|Synth Site: AKAI: SG01V: User reviews Add review|
|Average rating: 3.8 out of 5|
|page 1 of 3: 1 2 3 >>>|
|Lee a hobbyist user from United States writes:|
Very over-rated I must say. I spent many months always searching on ebay, it had this mythical aurora surrounding it. Sampled sounds of great synths. The ones people usually forget to sample (the PPG, the Tomita strings etc). I figured since Akai is like thee name in sampling, and it was sampled at 16 bit that it would fine. Boy was I wrong!! I've have never heard so much aliasing from a unit...gee, it was almost unbearable!! Believe me I'm even a fan of old samplers (I have the Sequential Prophet 2002, Mirage etc), so it wasn't the lofi aliasing beauty, but the horrid kind...I think nothing above C5 (if that) was sampled (it sure seemed that way)...Avoid...I paid $300 on ebay (yes still in 2008) and got $350 for it 3 weeks later...
|Rating: 2 out of 5 posted Sunday-May-04-088 at 00:08|
|Al a part-time user from London, UK writes:|
I bought mine about two years ago used from either Ebay or Sound-On-Sound (can't remember which) from a bloke who didn't know much about them. As I've always been keen on Akai kit, I thought I'd go for it and, at sixty quid, it's proved its worth time and again.
In short, it's a belter. You've got two banks of 128 sounds plus two drum banks. It can be run multi-timbrally but, with just a two-digit LED to guide you, I wouldn't advise it. Fear not as even in single mode it's just great.
The sound banks are divided up into sections so you've bass, synth, strings, pads, keyboards (like pianos, organs etc) etc. The bass and top ends are well-defined and, even though this is a rompler, there's so much in the way of variety you can be pretty sure you'll find what you need.
Looking for that classy Prophet 5 bass or shimmering Joy Division ARP string sound? No bother as they're here plus loads more! You can tweak the filter and envelopes a bit and then save them to a filer or librarian program if you're into SysEx commands but it's very plug-and-play in any case.
If you're the sort of player who wants to use analogue sounds live but doesn't fancy paying loads for them or carting old synths about, this could be a solution. For sixty notes, it's a winner. I love mine and would recommend them to anyone...even you!
|Rating: 4 out of 5 posted Tuesday-Jun-20-066 at 16:56|
|Carl Ashwin a part-time user from UK writes:|
Hmm, lots of good reviews here. Yes there are a reasonable range of sounds in this unit, most of them useable with the exception of the Organs (which sound like a Casio home keyboard) and the E.P's (the note durations of which are too short). My biggest problem with this module as that if you go anywhere above c5 on the keyboard, a large section of the samples completely lose their integrity. It sounds as if Akai only sampled up to C5 and then just spread the final octave up off that one note. I'd have to say that this is a major faux-pas and somewhat frustrating.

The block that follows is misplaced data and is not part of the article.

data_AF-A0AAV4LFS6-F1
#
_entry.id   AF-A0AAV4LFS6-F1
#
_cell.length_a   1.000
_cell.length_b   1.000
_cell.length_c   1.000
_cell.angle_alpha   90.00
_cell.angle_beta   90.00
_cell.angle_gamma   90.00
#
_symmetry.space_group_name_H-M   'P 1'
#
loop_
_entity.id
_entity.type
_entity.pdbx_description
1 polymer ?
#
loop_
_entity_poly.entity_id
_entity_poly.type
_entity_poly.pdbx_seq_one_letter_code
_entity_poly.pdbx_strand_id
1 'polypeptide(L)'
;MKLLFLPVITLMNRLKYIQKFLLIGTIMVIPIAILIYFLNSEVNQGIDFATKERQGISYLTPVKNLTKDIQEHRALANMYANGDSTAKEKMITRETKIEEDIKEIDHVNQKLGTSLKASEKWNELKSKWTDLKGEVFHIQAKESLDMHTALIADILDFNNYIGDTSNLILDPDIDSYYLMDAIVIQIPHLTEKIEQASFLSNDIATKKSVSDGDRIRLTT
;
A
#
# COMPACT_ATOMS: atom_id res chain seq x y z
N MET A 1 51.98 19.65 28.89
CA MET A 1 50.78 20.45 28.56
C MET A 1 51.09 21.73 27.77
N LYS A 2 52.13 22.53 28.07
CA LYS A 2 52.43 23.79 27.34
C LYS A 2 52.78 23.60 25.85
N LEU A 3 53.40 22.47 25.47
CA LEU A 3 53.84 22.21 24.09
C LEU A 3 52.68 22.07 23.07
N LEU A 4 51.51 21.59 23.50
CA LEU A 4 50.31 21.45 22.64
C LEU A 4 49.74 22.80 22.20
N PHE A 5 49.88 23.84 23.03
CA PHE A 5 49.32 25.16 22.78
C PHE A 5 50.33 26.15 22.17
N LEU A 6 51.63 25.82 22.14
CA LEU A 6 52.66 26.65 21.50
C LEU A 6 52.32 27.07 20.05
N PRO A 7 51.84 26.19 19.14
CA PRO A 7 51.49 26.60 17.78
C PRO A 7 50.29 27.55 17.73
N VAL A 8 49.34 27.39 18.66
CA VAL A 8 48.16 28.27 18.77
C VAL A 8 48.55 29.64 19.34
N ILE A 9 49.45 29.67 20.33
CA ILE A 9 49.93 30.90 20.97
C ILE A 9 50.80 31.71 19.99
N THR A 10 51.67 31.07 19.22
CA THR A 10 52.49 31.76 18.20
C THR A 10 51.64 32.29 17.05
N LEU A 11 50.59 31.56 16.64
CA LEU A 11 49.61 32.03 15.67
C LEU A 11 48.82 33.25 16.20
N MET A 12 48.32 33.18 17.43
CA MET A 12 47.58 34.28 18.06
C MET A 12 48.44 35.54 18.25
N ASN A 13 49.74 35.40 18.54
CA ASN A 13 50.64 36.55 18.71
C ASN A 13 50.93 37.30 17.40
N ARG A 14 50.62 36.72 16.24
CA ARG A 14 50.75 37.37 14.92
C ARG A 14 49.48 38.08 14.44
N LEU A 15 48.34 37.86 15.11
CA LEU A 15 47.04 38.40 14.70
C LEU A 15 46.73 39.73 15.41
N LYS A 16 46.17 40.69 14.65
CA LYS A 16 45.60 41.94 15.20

|Rating: 3 out of 5 posted Tuesday-Nov-01-055 at 15:29|
|Griff a hobbyist user from United Kingdom writes:|
Very worthy collection of sounds, if a little heavy in the brass pad department. However, these modules are cheap as chips (I got mine for Â£60) and you can't argue with a 16-part multitimbral module with 256 editable-ish presets for that sort of money.
I like the drum banks, probably because they cater less for the TR808/909 than they do for that seemingly forgotten stalwart of 80s pop, the Simmons SDS5. I thought music hardware manufacturers had forgotten how fabulous the Simmons kicks and toms sounded, but this fact obviously didn't escape Akai -- well done.
If you've got an SG01V, or you're planning on getting one, get the SG01Edit program (search on Google for "SG01Edit" and you shall find it). It's free, very easy to use, and it gives you access to all the SG01V's somewhat hidden editable parameters.
|Rating: 4 out of 5 posted Thursday-Mar-18-044 at 18:32|
Ok, so you don't have 25 knobs for real time tweakin', and it's definantly not a looker, but the sounds... it actually sounds like a Minimoog, prophet 5, PPG,etc....UN-BE-LIEVE-ABLE! and you actually have a few voices at your disposal. Of course now a days you can get the sound of the old analogbeasts on your computer, Wine country's PRO-1, Prophets The Minimax(-moog), and the juno 106(whats that one named again?)and the ARP Odyssey (=Oddity)and, well, it sounds very close to the real thing. But so does the Akai, and for people who doesn't really like making music on a PC, this is a great piece of equipment that is easily overlooked. The three controllers on the front panel PHASE, TONE, SPECIAL, are programmed in detail to reminiscient the instrument that it is supposed to sound like. And THAT, is a job well done. It's a fiver
|Rating: 5 out of 5 posted Monday-Mar-31-033 at 05:51|
|page 1 of 3: 1 2 3 >>>|